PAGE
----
would not negotiate on the basis of the Granada
text and opposed the LMMC's proposal to do so. Instead, they proposed
that Parties be allowed to submit a summary of their own proposals as
annexes to the meeting report.
On the morning of the final day, the meeting was delayed by several
hours in order to allow for regional and political groupings to consult.
The meeting then heard further proposals from Brazil, who forwarded the position
of the LMMC, GRULAC and the Africa Group in support of progressive work
on developing the international regime.
on behalf of those countries also proposed that Parties should be invited
to make submissions preferably in the form of operational text by the
end of November 2007 in respect of elements that are being considered
by the Working Group. The CBD Secretariat would then compile the submissions
so that more elements can be added on to the Notes. Brazil also requested that the Co-Chairs
with the support of the CBD Executive Secretary, compile and distribute
a working paper in operational text format for the purposes of elaborating
and negotiating an international regime on access and benefit sharing.
This again met with further opposition. The EU stated that Parties should
determine the form and language of the submissions, and that all submissions
should be made available at the next Working Group meeting instead of
being compiled by the Secretariat.
made the point that it did not matter how many Parties were aligned
with one view, what mattered was that there were several views, and
that the work should be focused on bringing these views together. Canada proposed that submissions in
the Co-Chair's Notes document should be attributed to Parties and that
such submissions could be pulled together in a document. Canada then suggested that the next
Working Group should also be conducted in plenary and since there was
so much material on the table, it might be better to begin with a clean
Given that the positions stated by countries at that time were poles
apart, the Bureau of the Convention, a decision-making body of the CBD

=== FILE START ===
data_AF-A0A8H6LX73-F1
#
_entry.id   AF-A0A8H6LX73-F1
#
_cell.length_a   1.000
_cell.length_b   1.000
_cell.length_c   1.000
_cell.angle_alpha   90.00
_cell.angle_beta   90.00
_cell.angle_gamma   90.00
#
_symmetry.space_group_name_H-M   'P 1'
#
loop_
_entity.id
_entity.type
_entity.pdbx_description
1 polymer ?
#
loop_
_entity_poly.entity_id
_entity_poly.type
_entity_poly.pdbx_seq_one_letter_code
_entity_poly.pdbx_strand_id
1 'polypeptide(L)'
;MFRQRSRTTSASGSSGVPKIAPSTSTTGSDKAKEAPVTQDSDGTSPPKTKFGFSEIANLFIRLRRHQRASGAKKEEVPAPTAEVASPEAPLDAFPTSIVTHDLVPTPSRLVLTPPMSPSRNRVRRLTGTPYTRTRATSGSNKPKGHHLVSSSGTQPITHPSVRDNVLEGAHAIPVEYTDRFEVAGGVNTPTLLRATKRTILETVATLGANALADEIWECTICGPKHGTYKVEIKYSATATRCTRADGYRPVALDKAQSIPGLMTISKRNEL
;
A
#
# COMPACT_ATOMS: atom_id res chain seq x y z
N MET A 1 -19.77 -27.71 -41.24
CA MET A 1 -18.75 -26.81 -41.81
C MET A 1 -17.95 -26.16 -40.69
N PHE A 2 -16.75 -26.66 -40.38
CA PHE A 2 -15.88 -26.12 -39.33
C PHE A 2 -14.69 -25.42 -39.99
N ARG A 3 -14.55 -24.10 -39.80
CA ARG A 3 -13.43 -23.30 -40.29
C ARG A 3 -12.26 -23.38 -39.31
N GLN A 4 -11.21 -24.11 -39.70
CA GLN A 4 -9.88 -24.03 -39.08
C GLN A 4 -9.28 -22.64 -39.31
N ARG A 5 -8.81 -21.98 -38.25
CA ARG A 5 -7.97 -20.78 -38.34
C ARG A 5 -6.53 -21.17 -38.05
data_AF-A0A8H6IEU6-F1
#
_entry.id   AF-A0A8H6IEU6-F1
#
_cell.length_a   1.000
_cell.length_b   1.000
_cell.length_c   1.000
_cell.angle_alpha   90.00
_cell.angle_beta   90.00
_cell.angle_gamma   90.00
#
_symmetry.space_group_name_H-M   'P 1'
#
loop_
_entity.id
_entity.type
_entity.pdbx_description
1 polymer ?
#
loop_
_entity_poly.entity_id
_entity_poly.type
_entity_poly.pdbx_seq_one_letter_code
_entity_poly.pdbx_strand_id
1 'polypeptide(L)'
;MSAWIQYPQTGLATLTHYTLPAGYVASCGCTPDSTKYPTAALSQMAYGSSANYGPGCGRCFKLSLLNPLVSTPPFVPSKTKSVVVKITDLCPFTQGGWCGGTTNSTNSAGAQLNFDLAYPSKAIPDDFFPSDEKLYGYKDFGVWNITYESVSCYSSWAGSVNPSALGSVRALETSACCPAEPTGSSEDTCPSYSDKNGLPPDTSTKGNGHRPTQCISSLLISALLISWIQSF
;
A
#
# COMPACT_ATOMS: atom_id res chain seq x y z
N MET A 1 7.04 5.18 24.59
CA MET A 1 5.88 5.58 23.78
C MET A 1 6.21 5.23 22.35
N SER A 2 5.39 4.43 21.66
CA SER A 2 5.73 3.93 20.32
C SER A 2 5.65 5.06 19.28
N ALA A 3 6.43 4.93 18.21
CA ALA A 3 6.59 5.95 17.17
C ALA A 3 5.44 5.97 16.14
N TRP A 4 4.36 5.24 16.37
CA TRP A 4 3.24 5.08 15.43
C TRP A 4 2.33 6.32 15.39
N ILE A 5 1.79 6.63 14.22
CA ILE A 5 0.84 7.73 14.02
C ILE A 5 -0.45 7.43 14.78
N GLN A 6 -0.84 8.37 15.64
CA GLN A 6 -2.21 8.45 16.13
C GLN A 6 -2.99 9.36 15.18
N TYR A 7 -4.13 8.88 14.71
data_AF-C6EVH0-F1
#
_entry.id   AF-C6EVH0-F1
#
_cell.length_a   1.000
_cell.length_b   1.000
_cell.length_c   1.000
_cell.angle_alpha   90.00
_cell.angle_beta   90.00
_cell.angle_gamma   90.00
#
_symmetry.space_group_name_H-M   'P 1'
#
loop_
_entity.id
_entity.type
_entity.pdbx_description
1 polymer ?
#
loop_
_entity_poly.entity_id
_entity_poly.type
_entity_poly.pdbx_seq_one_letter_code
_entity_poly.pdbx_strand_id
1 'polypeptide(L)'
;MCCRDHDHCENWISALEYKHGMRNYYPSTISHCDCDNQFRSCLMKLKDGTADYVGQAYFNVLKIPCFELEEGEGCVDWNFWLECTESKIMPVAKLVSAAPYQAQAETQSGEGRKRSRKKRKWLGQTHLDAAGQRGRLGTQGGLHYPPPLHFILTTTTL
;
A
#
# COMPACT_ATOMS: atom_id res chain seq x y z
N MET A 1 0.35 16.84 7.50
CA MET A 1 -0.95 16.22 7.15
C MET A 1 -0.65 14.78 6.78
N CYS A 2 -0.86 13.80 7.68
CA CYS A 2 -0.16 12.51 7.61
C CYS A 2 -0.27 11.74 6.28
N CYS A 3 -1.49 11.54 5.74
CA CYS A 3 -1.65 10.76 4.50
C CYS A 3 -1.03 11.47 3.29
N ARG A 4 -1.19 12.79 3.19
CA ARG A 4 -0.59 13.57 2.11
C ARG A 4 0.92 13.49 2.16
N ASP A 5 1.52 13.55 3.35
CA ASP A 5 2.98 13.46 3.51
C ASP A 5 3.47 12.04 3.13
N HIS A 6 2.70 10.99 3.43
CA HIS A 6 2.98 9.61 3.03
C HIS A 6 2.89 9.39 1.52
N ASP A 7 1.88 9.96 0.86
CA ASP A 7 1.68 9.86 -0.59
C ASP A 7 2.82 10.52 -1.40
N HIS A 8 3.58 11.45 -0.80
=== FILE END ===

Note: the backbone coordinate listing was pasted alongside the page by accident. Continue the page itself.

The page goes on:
composed of regional representatives of the CBD Parties and presided
over by the country which previously hosted a Conference of the Parties,
stepped in and convened a meeting right after that session.
After the lunchtime Bureau meeting, the Co-Chairs convened the meeting
again and announced that the documentation for Working Group 6 would
be the same as it had been for this Working Group. In addition, the
Co-Chairs' Notes will be open to Parties for further submissions until
the end of the meeting.
Importantly, further submissions on concrete options on the substantive
items by Parties, governments, indigenous and local communities, and
stakeholders were invited until the end of November. The Secretariat
would then circulate a compilation of these options as soon as practicable
prior to the next meeting of the Working Group.
The Co-Chairs stressed that all of these elements have been strongly
and fully supported by the Bureau. The Bureau and other Parties have
strongly urged the Co-Chairs to continue informal consultations with
a view to moving this process forward.
To the relief of the delegates, the report was then adopted by the meeting,
with some minor amendments. However, Australia immediately objected on
the basis that they had expected to discuss the two Co-Chairs' documents
that were attachments to the report.
After another recess giving Australia
time to consult, Australia
proposed that new language be inserted into the report of the meeting,
replacing text referring to the Co-Chairs' two papers. Firstly, that
the Working Group urges the Co-Chairs to continue consultations with
a view to reaching a common understanding on the way forward. And secondly,
that the Co-Chairs' two papers were their sole responsibility, and would
have the status of information documents, and not be attached to the
report of the meeting.
After some discussion, it was finally agreed that the Co-Chairs' two
documents would be information papers for the next Working Group meeting,
and, at the insistence of Mali, that these documents would be translated
into all the six UN languages. Normally, information documents are only
made available in the language received.
Developing countries were deeply disappointed with this final outcome,
as the process had hardly, if at all, moved forward. Developing countries
had wanted to begin negotiations on the basis of the Granada
text, and had hoped that the work of the Working Group over the week
would make progress on the Granada
text. Instead, the week's work had simply been downgraded to an information
on behalf of the LMMC, emphatically stressed that the Montreal meeting had elaborated on key issues
and the next stage has to be about actual negotiations. Therefore, Malaysia called
for the next negotiation session to focus on the concrete text to be
submitted by Parties by the end of November in respect of the substantive
elements on the agreed agenda of the Working Group.
The sixth meeting of the Working Group will be held in Geneva from 21-25 January 2008.